Implications of the Digital Divide for the Learning Process During the COVID-19 Crisis

  •  Gila Cohen Zilka    
  •  Idit Finkelstein    
  •  Revital Cohen    
  •  Ilan Daniels Rahimi    


With the outbreak of the COVID-19 crisis, higher education institutions organized for online learning. The aim of the present study was to examine the implications of online learning for students with limited access to information and communication technology (ICT), content infrastructures, and digital environments, assuming that such limited access may impair their ongoing learning process when instruction moves online, and cause situations of stress and frustration, as well as a desire to drop out of school. The mixed-method study involved 639 students studying at institutions of higher education in Israel, who completed a questionnaire containing open and closed questions. The findings show that 13% of participants reported that they had limited access, difficulties, and malfunctions resulting from a weak connection to the Internet, and numerous disconnects, especially during synchronous lectures. They reported having difficulties downloading content from the Internet and uploading materials. It has been shown that limited access to the Internet has implications for the learning process, motivation, self-efficacy, as well as for feelings and emotions. It is liable to lead to the widening or the creation of gaps between students who have full and those who have limited access to the Internet. The findings show that little use is made of forums (10%). A more extensive use of the forums is recommended in courses where students have limited access to the Internet, to create a supportive learning community.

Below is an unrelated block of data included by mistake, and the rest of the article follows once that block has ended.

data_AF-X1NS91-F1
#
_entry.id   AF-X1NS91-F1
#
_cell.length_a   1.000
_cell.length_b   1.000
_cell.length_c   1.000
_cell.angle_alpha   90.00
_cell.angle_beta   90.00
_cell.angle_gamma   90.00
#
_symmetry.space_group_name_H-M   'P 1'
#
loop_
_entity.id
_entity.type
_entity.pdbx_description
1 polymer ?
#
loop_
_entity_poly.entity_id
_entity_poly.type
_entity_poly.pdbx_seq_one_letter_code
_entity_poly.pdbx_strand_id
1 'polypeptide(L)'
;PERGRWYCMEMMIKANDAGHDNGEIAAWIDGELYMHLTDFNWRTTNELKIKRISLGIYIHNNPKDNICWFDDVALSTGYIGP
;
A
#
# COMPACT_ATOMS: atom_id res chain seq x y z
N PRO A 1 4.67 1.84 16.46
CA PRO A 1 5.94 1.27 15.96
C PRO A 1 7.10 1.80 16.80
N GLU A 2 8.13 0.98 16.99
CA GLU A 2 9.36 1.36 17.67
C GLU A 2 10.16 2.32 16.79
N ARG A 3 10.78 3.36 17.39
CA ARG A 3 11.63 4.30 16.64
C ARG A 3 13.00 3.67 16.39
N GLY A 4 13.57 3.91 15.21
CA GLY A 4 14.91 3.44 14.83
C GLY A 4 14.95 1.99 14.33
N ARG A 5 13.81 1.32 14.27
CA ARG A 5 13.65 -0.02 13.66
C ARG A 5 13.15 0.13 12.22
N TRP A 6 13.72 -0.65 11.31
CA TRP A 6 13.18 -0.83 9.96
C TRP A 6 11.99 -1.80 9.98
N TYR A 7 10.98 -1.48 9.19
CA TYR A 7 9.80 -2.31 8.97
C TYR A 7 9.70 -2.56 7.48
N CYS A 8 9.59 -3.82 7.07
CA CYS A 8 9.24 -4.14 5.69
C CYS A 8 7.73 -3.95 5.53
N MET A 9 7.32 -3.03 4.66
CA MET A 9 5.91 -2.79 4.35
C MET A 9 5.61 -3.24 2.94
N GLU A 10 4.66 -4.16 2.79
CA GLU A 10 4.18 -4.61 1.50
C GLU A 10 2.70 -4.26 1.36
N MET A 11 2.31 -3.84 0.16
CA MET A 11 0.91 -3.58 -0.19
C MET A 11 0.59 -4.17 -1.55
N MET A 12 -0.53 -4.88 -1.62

This work is licensed under a Creative Commons Attribution 4.0 License.
  • ISSN(Print): 1918-7173
  • ISSN(Online): 1918-7181
  • Started: 2009
  • Frequency: quarterly

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